Bud
 

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Discussion Starter · #9 ·
They do work great. I just thought you were going for the unconventional, and quiet solution. Turbines can make noise, even expensive ones after a while. Some people don't like it.

Cheers!
Good point about the potential noise; but I reckon I could replace them with a simple rain cap if they make too much racket. My main short-term goal is to maximize passive airflow (i.e. avoid powered blowers). Depending on how well it works for the pseudo-attic space, my longer-term goals would be to explore a combination of solar chimneys and earth tubes for whole-house passive cooling.
 

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Good point about the potential noise; but I reckon I could replace them with a simple rain cap if they make too much racket. My main short-term goal is to maximize passive airflow (i.e. avoid powered blowers). Depending on how well it works for the pseudo-attic space, my longer-term goals would be to explore a combination of solar chimneys and earth tubes for whole-house passive cooling.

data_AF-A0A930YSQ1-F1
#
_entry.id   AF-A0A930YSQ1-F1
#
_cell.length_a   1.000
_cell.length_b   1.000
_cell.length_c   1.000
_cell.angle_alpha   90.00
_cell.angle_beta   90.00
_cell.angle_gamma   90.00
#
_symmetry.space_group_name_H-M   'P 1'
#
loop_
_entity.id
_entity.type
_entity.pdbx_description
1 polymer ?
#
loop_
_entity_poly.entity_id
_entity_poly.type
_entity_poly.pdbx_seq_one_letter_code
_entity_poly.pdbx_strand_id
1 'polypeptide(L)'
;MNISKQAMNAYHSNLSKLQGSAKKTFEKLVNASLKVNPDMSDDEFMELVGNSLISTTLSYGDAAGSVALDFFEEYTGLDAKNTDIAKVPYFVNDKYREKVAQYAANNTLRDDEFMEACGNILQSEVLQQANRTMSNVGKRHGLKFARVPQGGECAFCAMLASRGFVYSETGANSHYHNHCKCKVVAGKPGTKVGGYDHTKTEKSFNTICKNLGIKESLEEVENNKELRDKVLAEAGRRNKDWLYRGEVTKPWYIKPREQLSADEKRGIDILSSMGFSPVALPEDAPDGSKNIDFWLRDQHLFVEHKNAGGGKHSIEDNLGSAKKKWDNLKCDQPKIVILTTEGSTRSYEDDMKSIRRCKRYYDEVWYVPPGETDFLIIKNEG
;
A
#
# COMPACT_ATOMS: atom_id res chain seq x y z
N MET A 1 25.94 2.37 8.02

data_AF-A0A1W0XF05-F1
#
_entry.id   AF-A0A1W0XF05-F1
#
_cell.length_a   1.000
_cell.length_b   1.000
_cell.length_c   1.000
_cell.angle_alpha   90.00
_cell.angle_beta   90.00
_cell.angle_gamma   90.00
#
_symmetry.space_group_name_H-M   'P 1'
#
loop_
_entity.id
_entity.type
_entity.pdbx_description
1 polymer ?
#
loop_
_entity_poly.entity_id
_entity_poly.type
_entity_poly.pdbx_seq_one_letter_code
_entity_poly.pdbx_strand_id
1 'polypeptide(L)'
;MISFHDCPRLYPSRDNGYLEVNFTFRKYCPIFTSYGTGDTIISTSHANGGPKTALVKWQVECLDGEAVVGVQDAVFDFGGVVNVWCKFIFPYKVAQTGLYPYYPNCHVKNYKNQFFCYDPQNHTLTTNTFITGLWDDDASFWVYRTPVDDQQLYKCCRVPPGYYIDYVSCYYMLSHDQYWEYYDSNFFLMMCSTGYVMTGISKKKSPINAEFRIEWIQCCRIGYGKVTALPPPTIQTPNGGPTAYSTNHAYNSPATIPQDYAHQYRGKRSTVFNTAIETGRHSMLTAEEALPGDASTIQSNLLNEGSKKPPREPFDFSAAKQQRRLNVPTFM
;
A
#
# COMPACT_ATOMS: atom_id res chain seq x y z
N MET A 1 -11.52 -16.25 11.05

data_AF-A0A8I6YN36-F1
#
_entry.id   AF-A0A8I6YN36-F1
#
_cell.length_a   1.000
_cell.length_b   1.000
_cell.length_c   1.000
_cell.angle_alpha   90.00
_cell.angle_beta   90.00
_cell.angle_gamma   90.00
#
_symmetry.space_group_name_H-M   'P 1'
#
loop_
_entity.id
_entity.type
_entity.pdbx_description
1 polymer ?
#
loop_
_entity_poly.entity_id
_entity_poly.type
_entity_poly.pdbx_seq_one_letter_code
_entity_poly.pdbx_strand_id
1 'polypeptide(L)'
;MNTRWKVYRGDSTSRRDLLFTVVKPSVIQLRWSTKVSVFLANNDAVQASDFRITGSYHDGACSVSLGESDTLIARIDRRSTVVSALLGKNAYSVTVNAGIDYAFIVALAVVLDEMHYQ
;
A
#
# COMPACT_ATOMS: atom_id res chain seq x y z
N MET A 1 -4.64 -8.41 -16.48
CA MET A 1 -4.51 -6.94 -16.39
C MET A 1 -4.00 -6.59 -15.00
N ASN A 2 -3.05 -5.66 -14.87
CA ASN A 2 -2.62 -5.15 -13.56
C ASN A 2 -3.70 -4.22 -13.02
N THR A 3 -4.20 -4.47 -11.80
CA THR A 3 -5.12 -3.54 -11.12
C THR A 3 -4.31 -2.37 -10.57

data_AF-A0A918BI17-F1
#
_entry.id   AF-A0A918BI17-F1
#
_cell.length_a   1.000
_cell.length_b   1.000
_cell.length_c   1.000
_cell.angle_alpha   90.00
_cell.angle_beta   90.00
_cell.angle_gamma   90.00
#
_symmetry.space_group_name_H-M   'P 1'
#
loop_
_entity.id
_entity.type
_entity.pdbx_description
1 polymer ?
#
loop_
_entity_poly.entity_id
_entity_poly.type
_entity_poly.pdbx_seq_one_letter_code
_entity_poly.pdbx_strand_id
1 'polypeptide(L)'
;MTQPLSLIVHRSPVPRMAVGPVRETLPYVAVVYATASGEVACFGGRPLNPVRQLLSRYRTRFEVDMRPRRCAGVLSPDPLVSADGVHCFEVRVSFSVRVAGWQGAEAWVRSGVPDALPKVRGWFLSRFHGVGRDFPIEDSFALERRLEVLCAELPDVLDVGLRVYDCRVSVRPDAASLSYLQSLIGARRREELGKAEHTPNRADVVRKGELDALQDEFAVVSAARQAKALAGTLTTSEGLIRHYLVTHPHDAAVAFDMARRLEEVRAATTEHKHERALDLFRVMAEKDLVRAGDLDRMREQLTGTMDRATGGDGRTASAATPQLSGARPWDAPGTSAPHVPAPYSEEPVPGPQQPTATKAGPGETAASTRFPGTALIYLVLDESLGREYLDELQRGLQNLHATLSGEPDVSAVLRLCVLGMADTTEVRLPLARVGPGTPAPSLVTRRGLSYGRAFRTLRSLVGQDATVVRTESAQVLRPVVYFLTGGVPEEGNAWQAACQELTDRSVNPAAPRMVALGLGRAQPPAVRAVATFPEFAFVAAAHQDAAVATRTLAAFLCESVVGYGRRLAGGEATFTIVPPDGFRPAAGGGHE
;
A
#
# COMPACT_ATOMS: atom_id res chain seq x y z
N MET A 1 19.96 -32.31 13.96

Both passive options work great. Length is your friend. Your neighbours (if any are even close enough to care) might dislike the look. Other then that, the longer the better. For the earth tubes, getting deep enough to avoid the solar heating effects is a must. Longer tubes, will create more resistance. There's formulas for that too.

Cheers!
 

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Discussion Starter · #11 ·
There are solar reflective paints that can be used to cover that metal roof, effectively rejecting the solar energy before it enters your attic. You may already have this but wanted to mention.